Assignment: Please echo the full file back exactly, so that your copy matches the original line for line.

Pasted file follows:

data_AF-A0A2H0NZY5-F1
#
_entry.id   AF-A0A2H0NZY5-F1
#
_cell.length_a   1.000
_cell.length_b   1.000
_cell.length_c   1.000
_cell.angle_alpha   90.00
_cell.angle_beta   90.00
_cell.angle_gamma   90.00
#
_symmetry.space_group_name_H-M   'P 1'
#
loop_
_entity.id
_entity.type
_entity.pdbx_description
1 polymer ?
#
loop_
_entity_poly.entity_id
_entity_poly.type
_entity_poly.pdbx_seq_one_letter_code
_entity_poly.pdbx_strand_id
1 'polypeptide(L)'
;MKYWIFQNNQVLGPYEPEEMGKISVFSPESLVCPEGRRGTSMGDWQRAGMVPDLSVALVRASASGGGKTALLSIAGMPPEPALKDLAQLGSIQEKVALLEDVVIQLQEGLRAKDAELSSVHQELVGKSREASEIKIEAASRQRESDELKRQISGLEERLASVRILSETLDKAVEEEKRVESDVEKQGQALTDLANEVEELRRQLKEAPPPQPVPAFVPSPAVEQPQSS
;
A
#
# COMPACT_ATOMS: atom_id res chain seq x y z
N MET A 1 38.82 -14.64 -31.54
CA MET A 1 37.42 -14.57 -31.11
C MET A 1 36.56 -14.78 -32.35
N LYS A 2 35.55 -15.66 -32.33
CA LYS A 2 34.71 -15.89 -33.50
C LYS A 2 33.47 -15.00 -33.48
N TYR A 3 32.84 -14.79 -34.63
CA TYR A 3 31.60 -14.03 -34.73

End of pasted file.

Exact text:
data_AF-A0A2H0NZY5-F1
#
_entry.id   AF-A0A2H0NZY5-F1
#
_cell.length_a   1.000
_cell.length_b   1.000
_cell.length_c   1.000
_cell.angle_alpha   90.00
_cell.angle_beta   90.00
_cell.angle_gamma   90.00
#
_symmetry.space_group_name_H-M   'P 1'
#
loop_
_entity.id
_entity.type
_entity.pdbx_description
1 polymer ?
#
loop_
_entity_poly.entity_id
_entity_poly.type
_entity_poly.pdbx_seq_one_letter_code
_entity_poly.pdbx_strand_id
1 'polypeptide(L)'
;MKYWIFQNNQVLGPYEPEEMGKISVFSPESLVCPEGRRGTSMGDWQRAGMVPDLSVALVRASASGGGKTALLSIAGMPPEPALKDLAQLGSIQEKVALLEDVVIQLQEGLRAKDAELSSVHQELVGKSREASEIKIEAASRQRESDELKRQISGLEERLASVRILSETLDKAVEEEKRVESDVEKQGQALTDLANEVEELRRQLKEAPPPQPVPAFVPSPAVEQPQSS
;
A
#
# COMPACT_ATOMS: atom_id res chain seq x y z
N MET A 1 38.82 -14.64 -31.54
CA MET A 1 37.42 -14.57 -31.11
C MET A 1 36.56 -14.78 -32.35
N LYS A 2 35.55 -15.66 -32.33
CA LYS A 2 34.71 -15.89 -33.50
C LYS A 2 33.47 -15.00 -33.48
N TYR A 3 32.84 -14.79 -34.63
CA TYR A 3 31.60 -14.03 -34.73